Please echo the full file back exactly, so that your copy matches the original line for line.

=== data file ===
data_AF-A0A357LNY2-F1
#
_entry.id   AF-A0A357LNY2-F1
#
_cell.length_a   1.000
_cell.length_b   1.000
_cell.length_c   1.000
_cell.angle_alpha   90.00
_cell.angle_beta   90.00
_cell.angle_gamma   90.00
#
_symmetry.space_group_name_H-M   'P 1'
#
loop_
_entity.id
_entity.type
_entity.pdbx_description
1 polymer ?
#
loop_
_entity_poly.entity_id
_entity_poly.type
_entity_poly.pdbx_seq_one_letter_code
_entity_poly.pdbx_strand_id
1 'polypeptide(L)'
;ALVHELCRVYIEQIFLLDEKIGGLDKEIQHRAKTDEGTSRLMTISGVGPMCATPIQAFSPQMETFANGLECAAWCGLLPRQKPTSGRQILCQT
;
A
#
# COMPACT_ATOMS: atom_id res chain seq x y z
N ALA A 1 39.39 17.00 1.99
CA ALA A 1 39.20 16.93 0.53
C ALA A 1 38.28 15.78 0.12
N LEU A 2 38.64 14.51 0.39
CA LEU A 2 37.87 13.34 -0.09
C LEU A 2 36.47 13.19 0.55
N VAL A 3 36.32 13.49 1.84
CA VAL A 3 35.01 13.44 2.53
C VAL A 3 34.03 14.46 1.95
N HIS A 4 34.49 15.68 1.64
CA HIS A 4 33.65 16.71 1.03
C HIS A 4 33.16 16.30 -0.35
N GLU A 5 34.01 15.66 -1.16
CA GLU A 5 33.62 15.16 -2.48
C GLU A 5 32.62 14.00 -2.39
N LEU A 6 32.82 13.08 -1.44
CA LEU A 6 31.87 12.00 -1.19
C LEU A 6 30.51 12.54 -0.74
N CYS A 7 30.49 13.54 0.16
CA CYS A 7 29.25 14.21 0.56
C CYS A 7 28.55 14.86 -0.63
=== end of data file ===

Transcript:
data_AF-A0A357LNY2-F1
#
_entry.id   AF-A0A357LNY2-F1
#
_cell.length_a   1.000
_cell.length_b   1.000
_cell.length_c   1.000
_cell.angle_alpha   90.00
_cell.angle_beta   90.00
_cell.angle_gamma   90.00
#
_symmetry.space_group_name_H-M   'P 1'
#
loop_
_entity.id
_entity.type
_entity.pdbx_description
1 polymer ?
#
loop_
_entity_poly.entity_id
_entity_poly.type
_entity_poly.pdbx_seq_one_letter_code
_entity_poly.pdbx_strand_id
1 'polypeptide(L)'
;ALVHELCRVYIEQIFLLDEKIGGLDKEIQHRAKTDEGTSRLMTISGVGPMCATPIQAFSPQMETFANGLECAAWCGLLPRQKPTSGRQILCQT
;
A
#
# COMPACT_ATOMS: atom_id res chain seq x y z
N ALA A 1 39.39 17.00 1.99
CA ALA A 1 39.20 16.93 0.53
C ALA A 1 38.28 15.78 0.12
N LEU A 2 38.64 14.51 0.39
CA LEU A 2 37.87 13.34 -0.09
C LEU A 2 36.47 13.19 0.55
N VAL A 3 36.32 13.49 1.84
CA VAL A 3 35.01 13.44 2.53
C VAL A 3 34.03 14.46 1.95
N HIS A 4 34.49 15.68 1.64
CA HIS A 4 33.65 16.71 1.03
C HIS A 4 33.16 16.30 -0.35
N GLU A 5 34.01 15.66 -1.16
CA GLU A 5 33.62 15.16 -2.48
C GLU A 5 32.62 14.00 -2.39
N LEU A 6 32.82 13.08 -1.44
CA LEU A 6 31.87 12.00 -1.19
C LEU A 6 30.51 12.54 -0.74
N CYS A 7 30.49 13.54 0.16
CA CYS A 7 29.25 14.21 0.56
C CYS A 7 28.55 14.86 -0.63